Fred Clarke, a frequent speaker at SCOS, has been growing and hybridizing orchids for several decades. With long experience as a professional grower and manager in the horticultural industry, Fred applies these skills at his orchid nursery, Sunset Valley Orchids, located in Vista, California.
He is a passionate orchid grower whose curiosity in orchids is broad and varied. Although developing Cattleya hybrids has been his sustaining interest, he is also actively creating new Aussie Dendrobium and Paphiopedilum hybrids.
His pioneering work in Catasetum intergeneric hybrids led to the development of several notable hybrids, most famously the grex Fredclarkeara After Dark, which produced “the blackest flower ever witnessed”. This grex has received eight FCC’s, eight AM’s and the coveted ‘Award of Distinction’ on the first flowers shown for judging! The tale of the "black orchid" continues (see our blog Orchids Today and Yesterday, November, 2018); the Catasetum intergeneric hybrids continue to produce new surprises.
Fred is an Accredited Judge in the AOS Pacific South Judging Region. His plants have received hundreds of quality awards from the American Orchid Society.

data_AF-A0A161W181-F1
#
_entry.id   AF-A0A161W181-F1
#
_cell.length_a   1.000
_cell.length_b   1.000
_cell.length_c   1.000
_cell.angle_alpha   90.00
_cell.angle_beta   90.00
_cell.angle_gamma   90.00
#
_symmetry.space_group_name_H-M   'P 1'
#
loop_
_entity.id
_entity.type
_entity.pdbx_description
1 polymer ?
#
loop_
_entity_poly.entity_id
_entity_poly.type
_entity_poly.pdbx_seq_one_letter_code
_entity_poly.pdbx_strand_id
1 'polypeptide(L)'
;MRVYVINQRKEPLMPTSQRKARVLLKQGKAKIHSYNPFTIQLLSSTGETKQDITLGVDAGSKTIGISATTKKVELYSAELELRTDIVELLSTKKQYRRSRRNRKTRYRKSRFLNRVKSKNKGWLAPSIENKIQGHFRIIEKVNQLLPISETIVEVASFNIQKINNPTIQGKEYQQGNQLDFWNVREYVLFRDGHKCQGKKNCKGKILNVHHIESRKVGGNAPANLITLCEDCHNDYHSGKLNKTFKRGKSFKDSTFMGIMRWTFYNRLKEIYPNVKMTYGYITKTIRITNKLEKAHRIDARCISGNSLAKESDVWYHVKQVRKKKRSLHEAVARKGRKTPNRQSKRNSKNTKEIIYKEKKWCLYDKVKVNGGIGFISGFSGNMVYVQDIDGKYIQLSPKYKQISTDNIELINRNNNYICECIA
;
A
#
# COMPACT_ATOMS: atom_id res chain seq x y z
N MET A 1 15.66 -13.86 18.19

Orchid hobbyists turn out in droves for the open house and sales events at Sunset Valley Orchids. (The next open house at Sunset Valley Orchids is December 1, 2018 — see the SVO web site for details.) The greenhouses are full of temptations, but the fresh street tacos are always a big hit as well. The selection of "mini-Catts" is amazing, a testament to how much Fred has changed the orchid landscape.
(For some of us, the real highlight of the SVO open house events is the chance to wander through the greenhouse where the breeding stock lives. Fred has accumulated an astonishing collection. Many of these plants are not likely to be seen by the public anywhere else.)
Most of the "Aussie Dendrobiums" are hybrids with Den. speciosum, which easily produces spectacular specimens outdoors in nearly full sun in our area. The new hybrids tend to stay much smaller than the speciosum parent, but it may take a few years before they reach their full potential. Den. speciosum itself usually has cream or yellowish flowers. Specimens resembling huge shrubs, covered with big, drooping spikes with thousands of flowers, are often featured at the big orchid shows in Santa Barbara. The new hybrids have greatly extended the color range, from deep purple through intense yellows, often with generous spots and streaks.
Aussie Dendrobiums frequently turn up at SCOS meetings on the plant table. Many of these plants came from Sunset Valley Orchids. Flowers vary tremendously in color, shape, and size. Virtually all of them were grown outdoors by our members, with very little care.